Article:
How have we supported ethnic minorities so far?
We believe in an Ireland where everyone feels they belong. An Ireland where people are equal and communities thrive. With 12% of our population from ethic and racial minorities, a thriving Ireland is a multicultural one. You see change has already happened and will be lasting. Many from ethnic minorities are native Irish, many more are Irish citizens. We want an Ireland where they are at home and where there is no 'them', only us.
We have supported advancing ethnic minorities for years and have funded significant work for refugees. One great example is when two of our donors decided to co-fund the Child Refugee Development Project, which was developed by the Children’s Rights Alliance. This strategic project aims to end direct provision as we know it for the 1,400 children currently in direct provision centres in Ireland.
Significant support has been provided to charities including the Irish Refugee Council, Migrant Rights Centre and Akidwa. The Immigrant Council of Ireland has received funding to look at the refugee crisis and explore a joined-up solution to tackle the issue nationally, but also look at sharing best practice in Europe where it is desperately needed.
A much-overlooked minority in Ireland is Travellers. We have provided dedicated funding to conduct research examining Traveller health and inequalities and have funded organisations including the Irish Traveller Movement and National Traveller Women’s Forum.
"The Ark was delighted to receive funding from The Community Foundation for Ireland. Funding enables us to travel to Direct Provision Centres to deliver drama workshops to children. The workshops allow children to express themselves creatively through fun and interactive drama workshops. After the children experience workshops at their centre they are facilitated in attending cultural events at The Ark. Being able to visit has had a huge impact for these children and their families. One father commented 'money cannot buy you this, this is special!"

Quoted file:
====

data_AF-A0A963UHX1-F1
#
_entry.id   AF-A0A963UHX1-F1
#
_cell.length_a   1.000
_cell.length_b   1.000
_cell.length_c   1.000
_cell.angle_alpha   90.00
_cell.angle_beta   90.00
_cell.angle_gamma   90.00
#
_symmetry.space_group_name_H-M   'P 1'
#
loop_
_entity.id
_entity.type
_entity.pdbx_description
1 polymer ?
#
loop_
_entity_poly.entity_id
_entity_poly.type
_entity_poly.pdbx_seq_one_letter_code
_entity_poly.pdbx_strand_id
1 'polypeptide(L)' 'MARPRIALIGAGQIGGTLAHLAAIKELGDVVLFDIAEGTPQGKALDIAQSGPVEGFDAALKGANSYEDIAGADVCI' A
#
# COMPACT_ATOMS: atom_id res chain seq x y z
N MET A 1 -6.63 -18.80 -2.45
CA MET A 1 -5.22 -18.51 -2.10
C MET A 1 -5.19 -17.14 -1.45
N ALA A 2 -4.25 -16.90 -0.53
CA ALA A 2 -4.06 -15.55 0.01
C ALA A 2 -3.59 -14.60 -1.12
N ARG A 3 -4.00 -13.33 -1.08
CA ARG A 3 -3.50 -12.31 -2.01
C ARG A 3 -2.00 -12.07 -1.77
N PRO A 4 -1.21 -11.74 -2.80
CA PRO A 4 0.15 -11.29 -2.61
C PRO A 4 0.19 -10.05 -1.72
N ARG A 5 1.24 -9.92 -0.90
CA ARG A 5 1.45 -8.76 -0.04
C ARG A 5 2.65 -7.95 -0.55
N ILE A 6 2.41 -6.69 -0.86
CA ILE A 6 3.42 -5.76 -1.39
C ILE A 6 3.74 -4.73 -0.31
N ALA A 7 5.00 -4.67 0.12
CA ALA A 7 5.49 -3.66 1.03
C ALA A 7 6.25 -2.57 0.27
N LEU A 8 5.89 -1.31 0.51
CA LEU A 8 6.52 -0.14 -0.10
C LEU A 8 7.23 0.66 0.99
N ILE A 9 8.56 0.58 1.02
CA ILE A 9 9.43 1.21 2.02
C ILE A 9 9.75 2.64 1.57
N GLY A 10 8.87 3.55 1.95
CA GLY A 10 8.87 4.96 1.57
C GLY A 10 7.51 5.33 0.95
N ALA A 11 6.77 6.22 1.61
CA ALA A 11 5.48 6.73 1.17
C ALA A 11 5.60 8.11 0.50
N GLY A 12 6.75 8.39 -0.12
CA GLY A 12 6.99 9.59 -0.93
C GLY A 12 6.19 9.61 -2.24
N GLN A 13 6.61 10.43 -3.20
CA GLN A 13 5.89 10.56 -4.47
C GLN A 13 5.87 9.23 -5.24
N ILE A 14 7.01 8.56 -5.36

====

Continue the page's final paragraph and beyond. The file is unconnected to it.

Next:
Ethnic Minorities in Ireland
It can be argued that Ireland has a more positive attitude to ethnic minorities compared to other European countries. The lack of mobilised right-wing, anti-migrant sentiment is in stark contrast with some European neighbours. However, we must not be complacent. As demands for affordable housing continues to rise and pressures on services increase, we must ensure that Ireland remains welcoming.
A minority who still face huge challenges is the Traveller community. Travellers were formally recognised as a distinct ethnic group in 2017 and there are stark statistics when it comes to equality:
- The suicide rate for Traveller men was seven times that of the rate for men generally.
- The infant mortality rate for Travellers is 3.6 times the rate of the general population.
- Travellers are much less likely to have completed education to Leaving Certificate level than the national average.
How you can help
For Ireland to thrive, all our citizens must thrive together. From our work with organisations on the front line, we know some key areas need support including:
- Progress on immigrant processing as many homeless are unregistered immigrants or EU nationals falling out of social nets.
- Services that help Travellers both in terms of policy and front-line services especially in areas of education and health.